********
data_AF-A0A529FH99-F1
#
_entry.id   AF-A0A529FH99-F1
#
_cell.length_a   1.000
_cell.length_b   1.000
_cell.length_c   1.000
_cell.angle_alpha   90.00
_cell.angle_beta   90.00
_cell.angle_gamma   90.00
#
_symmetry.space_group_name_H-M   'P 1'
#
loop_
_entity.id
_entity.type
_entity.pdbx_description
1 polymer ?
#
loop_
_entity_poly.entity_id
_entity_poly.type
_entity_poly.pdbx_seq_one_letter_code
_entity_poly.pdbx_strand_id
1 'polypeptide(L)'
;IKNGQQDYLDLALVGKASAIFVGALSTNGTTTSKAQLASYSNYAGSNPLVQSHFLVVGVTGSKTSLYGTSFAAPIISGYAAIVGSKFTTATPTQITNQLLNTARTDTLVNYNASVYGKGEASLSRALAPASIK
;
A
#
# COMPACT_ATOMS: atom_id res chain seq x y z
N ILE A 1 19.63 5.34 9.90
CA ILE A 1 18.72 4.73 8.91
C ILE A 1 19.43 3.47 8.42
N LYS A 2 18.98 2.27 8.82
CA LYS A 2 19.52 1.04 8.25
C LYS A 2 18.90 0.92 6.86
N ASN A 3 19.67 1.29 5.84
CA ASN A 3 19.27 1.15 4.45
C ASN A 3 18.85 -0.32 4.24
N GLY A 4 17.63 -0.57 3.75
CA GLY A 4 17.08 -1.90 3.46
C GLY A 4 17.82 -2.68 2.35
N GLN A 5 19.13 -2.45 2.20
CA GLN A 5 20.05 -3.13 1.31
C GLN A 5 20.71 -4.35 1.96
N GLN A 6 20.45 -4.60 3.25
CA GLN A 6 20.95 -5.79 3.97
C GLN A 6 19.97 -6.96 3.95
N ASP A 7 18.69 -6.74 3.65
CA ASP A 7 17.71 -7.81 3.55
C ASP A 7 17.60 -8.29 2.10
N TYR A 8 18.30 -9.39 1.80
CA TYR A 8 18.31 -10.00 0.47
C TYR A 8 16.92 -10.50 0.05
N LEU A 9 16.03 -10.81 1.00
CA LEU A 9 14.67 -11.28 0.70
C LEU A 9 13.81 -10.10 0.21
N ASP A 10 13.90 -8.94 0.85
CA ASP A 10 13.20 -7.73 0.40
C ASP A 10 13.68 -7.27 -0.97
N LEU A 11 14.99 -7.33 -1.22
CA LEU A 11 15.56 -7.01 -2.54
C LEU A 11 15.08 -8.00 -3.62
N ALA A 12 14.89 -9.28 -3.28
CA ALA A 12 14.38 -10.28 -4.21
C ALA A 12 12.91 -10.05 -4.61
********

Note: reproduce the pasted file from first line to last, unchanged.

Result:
data_AF-A0A529FH99-F1
#
_entry.id   AF-A0A529FH99-F1
#
_cell.length_a   1.000
_cell.length_b   1.000
_cell.length_c   1.000
_cell.angle_alpha   90.00
_cell.angle_beta   90.00
_cell.angle_gamma   90.00
#
_symmetry.space_group_name_H-M   'P 1'
#
loop_
_entity.id
_entity.type
_entity.pdbx_description
1 polymer ?
#
loop_
_entity_poly.entity_id
_entity_poly.type
_entity_poly.pdbx_seq_one_letter_code
_entity_poly.pdbx_strand_id
1 'polypeptide(L)'
;IKNGQQDYLDLALVGKASAIFVGALSTNGTTTSKAQLASYSNYAGSNPLVQSHFLVVGVTGSKTSLYGTSFAAPIISGYAAIVGSKFTTATPTQITNQLLNTARTDTLVNYNASVYGKGEASLSRALAPASIK
;
A
#
# COMPACT_ATOMS: atom_id res chain seq x y z
N ILE A 1 19.63 5.34 9.90
CA ILE A 1 18.72 4.73 8.91
C ILE A 1 19.43 3.47 8.42
N LYS A 2 18.98 2.27 8.82
CA LYS A 2 19.52 1.04 8.25
C LYS A 2 18.90 0.92 6.86
N ASN A 3 19.67 1.29 5.84
CA ASN A 3 19.27 1.15 4.45
C ASN A 3 18.85 -0.32 4.24
N GLY A 4 17.63 -0.57 3.75
CA GLY A 4 17.08 -1.90 3.46
C GLY A 4 17.82 -2.68 2.35
N GLN A 5 19.13 -2.45 2.20
CA GLN A 5 20.05 -3.13 1.31
C GLN A 5 20.71 -4.35 1.96
N GLN A 6 20.45 -4.60 3.25
CA GLN A 6 20.95 -5.79 3.97
C GLN A 6 19.97 -6.96 3.95
N ASP A 7 18.69 -6.74 3.65
CA ASP A 7 17.71 -7.81 3.55
C ASP A 7 17.60 -8.29 2.10
N TYR A 8 18.30 -9.39 1.80
CA TYR A 8 18.31 -10.00 0.47
C TYR A 8 16.92 -10.50 0.05
N LEU A 9 16.03 -10.81 1.00
CA LEU A 9 14.67 -11.28 0.70
C LEU A 9 13.81 -10.10 0.21
N ASP A 10 13.90 -8.94 0.85
CA ASP A 10 13.20 -7.73 0.40
C ASP A 10 13.68 -7.27 -0.97
N LEU A 11 14.99 -7.33 -1.22
CA LEU A 11 15.56 -7.01 -2.54
C LEU A 11 15.08 -8.00 -3.62
N ALA A 12 14.89 -9.28 -3.28
CA ALA A 12 14.38 -10.28 -4.21
C ALA A 12 12.91 -10.05 -4.61